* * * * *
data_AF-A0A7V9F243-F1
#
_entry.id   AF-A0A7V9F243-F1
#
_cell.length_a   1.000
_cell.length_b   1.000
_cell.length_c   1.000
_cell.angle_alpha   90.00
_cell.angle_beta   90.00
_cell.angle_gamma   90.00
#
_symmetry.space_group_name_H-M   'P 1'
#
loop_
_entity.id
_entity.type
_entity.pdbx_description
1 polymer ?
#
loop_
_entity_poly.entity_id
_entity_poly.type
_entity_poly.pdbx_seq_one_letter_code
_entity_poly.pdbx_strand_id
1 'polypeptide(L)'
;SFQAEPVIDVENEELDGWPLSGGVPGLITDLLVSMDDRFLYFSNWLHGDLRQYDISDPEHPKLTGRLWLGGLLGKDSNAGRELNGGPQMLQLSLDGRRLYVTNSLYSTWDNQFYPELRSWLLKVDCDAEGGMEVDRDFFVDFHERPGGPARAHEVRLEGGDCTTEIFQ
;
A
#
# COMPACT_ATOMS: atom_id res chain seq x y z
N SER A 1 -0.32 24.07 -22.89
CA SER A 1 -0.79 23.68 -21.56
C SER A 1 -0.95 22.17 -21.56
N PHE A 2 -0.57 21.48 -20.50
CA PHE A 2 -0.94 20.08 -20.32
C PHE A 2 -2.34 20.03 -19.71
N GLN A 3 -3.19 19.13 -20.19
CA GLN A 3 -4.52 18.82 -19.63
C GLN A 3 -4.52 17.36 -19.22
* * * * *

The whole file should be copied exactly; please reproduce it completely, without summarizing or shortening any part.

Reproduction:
data_AF-A0A7V9F243-F1
#
_entry.id   AF-A0A7V9F243-F1
#
_cell.length_a   1.000
_cell.length_b   1.000
_cell.length_c   1.000
_cell.angle_alpha   90.00
_cell.angle_beta   90.00
_cell.angle_gamma   90.00
#
_symmetry.space_group_name_H-M   'P 1'
#
loop_
_entity.id
_entity.type
_entity.pdbx_description
1 polymer ?
#
loop_
_entity_poly.entity_id
_entity_poly.type
_entity_poly.pdbx_seq_one_letter_code
_entity_poly.pdbx_strand_id
1 'polypeptide(L)'
;SFQAEPVIDVENEELDGWPLSGGVPGLITDLLVSMDDRFLYFSNWLHGDLRQYDISDPEHPKLTGRLWLGGLLGKDSNAGRELNGGPQMLQLSLDGRRLYVTNSLYSTWDNQFYPELRSWLLKVDCDAEGGMEVDRDFFVDFHERPGGPARAHEVRLEGGDCTTEIFQ
;
A
#
# COMPACT_ATOMS: atom_id res chain seq x y z
N SER A 1 -0.32 24.07 -22.89
CA SER A 1 -0.79 23.68 -21.56
C SER A 1 -0.95 22.17 -21.56
N PHE A 2 -0.57 21.48 -20.50
CA PHE A 2 -0.94 20.08 -20.32
C PHE A 2 -2.34 20.03 -19.71
N GLN A 3 -3.19 19.13 -20.19
CA GLN A 3 -4.52 18.82 -19.63
C GLN A 3 -4.52 17.36 -19.22